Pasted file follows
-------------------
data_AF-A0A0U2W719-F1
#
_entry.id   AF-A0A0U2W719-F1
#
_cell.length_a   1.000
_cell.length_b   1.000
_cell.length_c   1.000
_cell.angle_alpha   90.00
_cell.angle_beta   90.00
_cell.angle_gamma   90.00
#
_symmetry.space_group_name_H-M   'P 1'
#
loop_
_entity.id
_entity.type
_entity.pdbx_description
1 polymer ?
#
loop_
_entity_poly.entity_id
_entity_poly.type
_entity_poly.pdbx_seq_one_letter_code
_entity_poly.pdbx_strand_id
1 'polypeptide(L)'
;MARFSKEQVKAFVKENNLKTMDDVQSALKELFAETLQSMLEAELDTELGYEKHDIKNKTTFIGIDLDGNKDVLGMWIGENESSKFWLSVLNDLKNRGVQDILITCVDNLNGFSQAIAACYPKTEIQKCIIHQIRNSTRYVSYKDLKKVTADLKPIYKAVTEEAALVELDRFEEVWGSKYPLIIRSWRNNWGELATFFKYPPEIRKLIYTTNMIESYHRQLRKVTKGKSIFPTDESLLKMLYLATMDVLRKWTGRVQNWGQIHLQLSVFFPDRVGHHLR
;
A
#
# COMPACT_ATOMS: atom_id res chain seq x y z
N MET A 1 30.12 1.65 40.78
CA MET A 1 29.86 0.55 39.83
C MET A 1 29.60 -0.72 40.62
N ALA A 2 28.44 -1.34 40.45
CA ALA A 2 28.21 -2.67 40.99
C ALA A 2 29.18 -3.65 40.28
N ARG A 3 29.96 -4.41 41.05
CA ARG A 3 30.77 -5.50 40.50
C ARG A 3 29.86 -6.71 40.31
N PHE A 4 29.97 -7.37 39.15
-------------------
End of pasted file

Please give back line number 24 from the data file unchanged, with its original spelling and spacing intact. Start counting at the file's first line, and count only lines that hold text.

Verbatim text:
_entity_poly.pdbx_strand_id